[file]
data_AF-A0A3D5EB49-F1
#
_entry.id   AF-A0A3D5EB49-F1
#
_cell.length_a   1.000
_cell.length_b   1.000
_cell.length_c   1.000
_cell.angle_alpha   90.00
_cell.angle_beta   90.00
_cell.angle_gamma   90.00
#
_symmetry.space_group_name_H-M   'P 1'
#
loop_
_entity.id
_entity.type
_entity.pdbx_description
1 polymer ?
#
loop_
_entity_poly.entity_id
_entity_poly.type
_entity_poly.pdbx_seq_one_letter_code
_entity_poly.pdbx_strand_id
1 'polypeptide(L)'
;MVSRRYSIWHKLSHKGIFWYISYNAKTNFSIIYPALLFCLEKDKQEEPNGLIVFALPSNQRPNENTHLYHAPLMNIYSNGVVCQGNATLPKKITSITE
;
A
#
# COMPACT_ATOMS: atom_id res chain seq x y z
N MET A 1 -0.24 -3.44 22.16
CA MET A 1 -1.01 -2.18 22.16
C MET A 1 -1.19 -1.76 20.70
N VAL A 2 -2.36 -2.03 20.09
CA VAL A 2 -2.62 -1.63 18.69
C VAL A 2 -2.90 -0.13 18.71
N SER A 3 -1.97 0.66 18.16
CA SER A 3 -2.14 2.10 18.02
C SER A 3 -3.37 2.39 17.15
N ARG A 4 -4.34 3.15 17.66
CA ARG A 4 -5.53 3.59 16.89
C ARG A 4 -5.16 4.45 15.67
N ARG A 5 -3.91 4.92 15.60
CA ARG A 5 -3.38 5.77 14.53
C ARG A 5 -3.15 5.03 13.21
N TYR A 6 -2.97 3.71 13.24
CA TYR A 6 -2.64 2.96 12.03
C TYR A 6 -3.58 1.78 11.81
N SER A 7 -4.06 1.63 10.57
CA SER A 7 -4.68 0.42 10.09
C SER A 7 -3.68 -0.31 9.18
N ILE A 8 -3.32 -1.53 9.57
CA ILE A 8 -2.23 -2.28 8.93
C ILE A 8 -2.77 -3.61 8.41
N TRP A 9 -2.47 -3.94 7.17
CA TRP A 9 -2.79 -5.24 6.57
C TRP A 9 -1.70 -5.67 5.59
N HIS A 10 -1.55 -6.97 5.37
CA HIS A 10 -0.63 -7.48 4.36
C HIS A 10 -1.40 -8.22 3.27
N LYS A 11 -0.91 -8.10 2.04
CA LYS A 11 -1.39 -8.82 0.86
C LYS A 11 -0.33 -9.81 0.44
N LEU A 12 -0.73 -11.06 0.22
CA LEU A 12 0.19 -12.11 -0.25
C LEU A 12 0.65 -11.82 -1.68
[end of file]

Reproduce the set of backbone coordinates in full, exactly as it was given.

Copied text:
data_AF-A0A3D5EB49-F1
#
_entry.id   AF-A0A3D5EB49-F1
#
_cell.length_a   1.000
_cell.length_b   1.000
_cell.length_c   1.000
_cell.angle_alpha   90.00
_cell.angle_beta   90.00
_cell.angle_gamma   90.00
#
_symmetry.space_group_name_H-M   'P 1'
#
loop_
_entity.id
_entity.type
_entity.pdbx_description
1 polymer ?
#
loop_
_entity_poly.entity_id
_entity_poly.type
_entity_poly.pdbx_seq_one_letter_code
_entity_poly.pdbx_strand_id
1 'polypeptide(L)'
;MVSRRYSIWHKLSHKGIFWYISYNAKTNFSIIYPALLFCLEKDKQEEPNGLIVFALPSNQRPNENTHLYHAPLMNIYSNGVVCQGNATLPKKITSITE
;
A
#
# COMPACT_ATOMS: atom_id res chain seq x y z
N MET A 1 -0.24 -3.44 22.16
CA MET A 1 -1.01 -2.18 22.16
C MET A 1 -1.19 -1.76 20.70
N VAL A 2 -2.36 -2.03 20.09
CA VAL A 2 -2.62 -1.63 18.69
C VAL A 2 -2.90 -0.13 18.71
N SER A 3 -1.97 0.66 18.16
CA SER A 3 -2.14 2.10 18.02
C SER A 3 -3.37 2.39 17.15
N ARG A 4 -4.34 3.15 17.66
CA ARG A 4 -5.53 3.59 16.89
C ARG A 4 -5.16 4.45 15.67
N ARG A 5 -3.91 4.92 15.60
CA ARG A 5 -3.38 5.77 14.53
C ARG A 5 -3.15 5.03 13.21
N TYR A 6 -2.97 3.71 13.24
CA TYR A 6 -2.64 2.96 12.03
C TYR A 6 -3.58 1.78 11.81
N SER A 7 -4.06 1.63 10.57
CA SER A 7 -4.68 0.42 10.09
C SER A 7 -3.68 -0.31 9.18
N ILE A 8 -3.32 -1.53 9.57
CA ILE A 8 -2.23 -2.28 8.93
C ILE A 8 -2.77 -3.61 8.41
N TRP A 9 -2.47 -3.94 7.17
CA TRP A 9 -2.79 -5.24 6.57
C TRP A 9 -1.70 -5.67 5.59
N HIS A 10 -1.55 -6.97 5.37
CA HIS A 10 -0.63 -7.48 4.36
C HIS A 10 -1.40 -8.22 3.27
N LYS A 11 -0.91 -8.10 2.04
CA LYS A 11 -1.39 -8.82 0.86
C LYS A 11 -0.33 -9.81 0.44
N LEU A 12 -0.73 -11.06 0.22
CA LEU A 12 0.19 -12.11 -0.25
C LEU A 12 0.65 -11.82 -1.68